Paris’ 856-year-old Notre Dame Cathedral is burning as I write this article on April 15, 2019.  Micki and I have spent many hours visiting there while in Paris over the years. Altogether, I would guess my accumulated time in this amazing architectural wonder would be well over a full day. It seems surreal, and impossible, that such a beautiful place could be suffering such a blow.

One of the most unpleasant realities of this present world is that things are breakable. People are breakable. Men’s greatest efforts can be broken at some pressure point. Today, a fire became the force that brought much destruction. Although the cathedral had survived for centuries, on this day the enemy could not be restrained.
It’s a dangerous attitude to imagine that we ourselves cannot be broken. Each person’s pressure point is different, and we are foolish to think we are above giving in when the stress attacks our own weakness. “It is of the Lord’s mercies that we are not consumed” (Lamentations 3:22). There are many men who are never broken by the temptation of money, yet they stumble at the pressure of flattery and political ambition. Worse yet is the tragic loss of great men of faith, ministers or church members who shirk their responsibility to uphold the truth and begin to practice a reckless conscience toward their responsibility to defend the Apostles’ doctrine and a lifestyle of holiness.

Peter’s assurances that he would never deny his faith in Christ were short-lived. He had boasted that he was unbreakable, but later he had to acknowledge his weaknesses: “And when he thought thereon, he wept” (Mark 14:72). What would he have been without Jesus? Broken, alone and lost – as would all of us. It’s a sad reality of life that righteousness, beauty, relationships, friendships and great accomplishments may all be lost. “For Demas hath forsaken me, having loved this present world” (2 Timothy 4:10).

While following the news for the past couple of hours, I have been rooting, so to speak, along with much of the rest of the world, hoping that France can save this beautiful Parisian icon. Notre Dame is more than just one of the great architectural wonders of the world. It is not just a Catholic Church; after more than 800 years, it has become the center of Paris to the world. I keep thinking, how could this happen?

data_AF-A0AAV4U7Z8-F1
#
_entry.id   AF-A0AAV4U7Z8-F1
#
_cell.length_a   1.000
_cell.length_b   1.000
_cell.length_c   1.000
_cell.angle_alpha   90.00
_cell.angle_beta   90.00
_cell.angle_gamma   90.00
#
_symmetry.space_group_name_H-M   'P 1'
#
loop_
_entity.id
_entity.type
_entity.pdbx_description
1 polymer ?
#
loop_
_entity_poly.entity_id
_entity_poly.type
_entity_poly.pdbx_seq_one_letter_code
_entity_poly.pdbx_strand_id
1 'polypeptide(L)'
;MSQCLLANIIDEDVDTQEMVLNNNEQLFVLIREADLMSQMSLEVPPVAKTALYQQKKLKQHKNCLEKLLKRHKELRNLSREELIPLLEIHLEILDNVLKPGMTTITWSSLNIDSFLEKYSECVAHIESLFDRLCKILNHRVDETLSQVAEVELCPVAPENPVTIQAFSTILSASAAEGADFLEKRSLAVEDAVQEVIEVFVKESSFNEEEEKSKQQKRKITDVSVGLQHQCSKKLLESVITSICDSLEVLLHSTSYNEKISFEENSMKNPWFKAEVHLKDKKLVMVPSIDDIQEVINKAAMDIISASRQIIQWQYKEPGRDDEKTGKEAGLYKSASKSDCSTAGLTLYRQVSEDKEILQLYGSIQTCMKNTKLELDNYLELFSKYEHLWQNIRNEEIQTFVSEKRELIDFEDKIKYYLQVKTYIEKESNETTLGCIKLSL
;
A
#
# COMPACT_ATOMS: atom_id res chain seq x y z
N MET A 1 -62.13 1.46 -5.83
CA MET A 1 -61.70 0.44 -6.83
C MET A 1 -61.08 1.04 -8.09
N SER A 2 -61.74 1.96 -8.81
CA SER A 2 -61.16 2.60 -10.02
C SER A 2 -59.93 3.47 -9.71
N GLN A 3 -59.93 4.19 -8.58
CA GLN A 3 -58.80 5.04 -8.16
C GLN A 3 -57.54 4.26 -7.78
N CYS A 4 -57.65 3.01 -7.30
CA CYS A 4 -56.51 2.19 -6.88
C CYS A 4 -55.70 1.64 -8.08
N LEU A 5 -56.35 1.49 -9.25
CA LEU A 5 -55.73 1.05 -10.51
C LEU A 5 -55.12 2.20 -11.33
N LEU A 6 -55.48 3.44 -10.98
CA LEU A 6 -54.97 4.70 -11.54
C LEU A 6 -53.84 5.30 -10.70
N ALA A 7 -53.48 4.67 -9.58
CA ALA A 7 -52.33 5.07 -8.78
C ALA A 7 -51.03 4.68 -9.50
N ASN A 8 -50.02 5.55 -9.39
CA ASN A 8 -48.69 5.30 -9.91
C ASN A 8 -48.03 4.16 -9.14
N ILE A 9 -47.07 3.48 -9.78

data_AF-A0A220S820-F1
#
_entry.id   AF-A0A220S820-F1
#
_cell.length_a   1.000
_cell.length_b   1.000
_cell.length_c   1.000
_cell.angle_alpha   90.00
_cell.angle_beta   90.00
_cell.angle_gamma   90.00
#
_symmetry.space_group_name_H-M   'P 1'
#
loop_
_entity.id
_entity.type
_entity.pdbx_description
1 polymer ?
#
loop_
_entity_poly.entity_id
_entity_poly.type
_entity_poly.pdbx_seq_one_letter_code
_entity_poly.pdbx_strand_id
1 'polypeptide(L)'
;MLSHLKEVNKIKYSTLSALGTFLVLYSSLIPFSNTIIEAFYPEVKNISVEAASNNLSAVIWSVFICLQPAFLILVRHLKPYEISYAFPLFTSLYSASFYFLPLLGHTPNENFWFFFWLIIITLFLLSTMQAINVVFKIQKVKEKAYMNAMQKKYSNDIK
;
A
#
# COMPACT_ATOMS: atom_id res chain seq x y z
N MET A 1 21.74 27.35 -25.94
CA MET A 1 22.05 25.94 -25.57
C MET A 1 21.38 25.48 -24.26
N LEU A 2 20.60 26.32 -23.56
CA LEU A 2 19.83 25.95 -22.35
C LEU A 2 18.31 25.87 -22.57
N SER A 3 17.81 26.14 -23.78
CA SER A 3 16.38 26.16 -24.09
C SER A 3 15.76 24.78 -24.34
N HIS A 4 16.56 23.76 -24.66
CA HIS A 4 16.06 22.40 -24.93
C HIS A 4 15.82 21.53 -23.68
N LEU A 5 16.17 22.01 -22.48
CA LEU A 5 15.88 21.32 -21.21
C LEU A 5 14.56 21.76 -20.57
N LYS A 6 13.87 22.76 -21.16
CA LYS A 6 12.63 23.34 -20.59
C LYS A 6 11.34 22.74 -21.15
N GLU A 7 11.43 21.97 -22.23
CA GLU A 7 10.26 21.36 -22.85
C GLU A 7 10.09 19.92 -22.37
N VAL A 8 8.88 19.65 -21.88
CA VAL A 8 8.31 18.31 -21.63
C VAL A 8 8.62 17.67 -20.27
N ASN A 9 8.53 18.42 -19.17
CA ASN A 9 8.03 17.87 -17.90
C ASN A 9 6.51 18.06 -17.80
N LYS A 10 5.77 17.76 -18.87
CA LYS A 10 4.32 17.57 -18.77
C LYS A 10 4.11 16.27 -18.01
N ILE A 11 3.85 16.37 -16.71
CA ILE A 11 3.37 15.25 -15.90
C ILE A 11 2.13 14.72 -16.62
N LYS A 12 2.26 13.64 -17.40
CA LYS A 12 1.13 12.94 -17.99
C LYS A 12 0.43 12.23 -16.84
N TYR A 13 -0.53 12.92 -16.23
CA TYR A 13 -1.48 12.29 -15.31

At the moment, the world can plainly see that the magnificent Notre Dame Cathedral could be lost. To survive, it must be protected from all enemies at any cost. To save the church, first responders and firemen plunged into the blaze, using every tool at their disposal and risking their safety. Within hours, Paris was beginning to assess the damage and already planning the restoration, noting that Paris, without Notre Dame, is unthinkable. The wise have stated that the church’s historical past does not automatically secure its future. If destroyed and torn down, within a generation or two, the iconic structure would cease its greatness. Photos in history books would do little to describe the heart of Notre Dame and its history. Without doubt, the great masterpiece calls to be rebuilt; it calls for its place in France’s enduring story.

As I continue following the news, I begin to connect my thoughts around the responsibility we have as believers of the transforming Upper Room, Pentecostal experience. True Pentecostals see it as the essential “new birth.” However, some see essentiality as a hindrance to so-called church growth and ecumenical favor. As for the new birth itself, they are acceptable to its loss. The true Pentecostals, however, will forever advocate that without the infilling of Holy Ghost, souls are broken, powerless, disconnected from the commands of Christ and unable to fulfill their ultimate destiny and calling. Things can be broken, truths can be displaced, fires with an intent to destroy may be bold enough to leap from place to place. Church without the connection to, and direction from, the Holy Spirit’s empowerment is a loss.

If we do not defend and protect our doctrine, our iconic status as Apostolic Pentecostals – holiness, one God, tongue-talking, separated from the world believers — will be lost. And while God will always have His church, those who will not defend its legacy will have no claim to its glory.

“Beloved, when I gave all diligence to write unto you of the common salvation, it was needful for me to write unto you, and exhort you that ye should earnestly contend for the faith which was once delivered unto the saints” (Jude 1:3).

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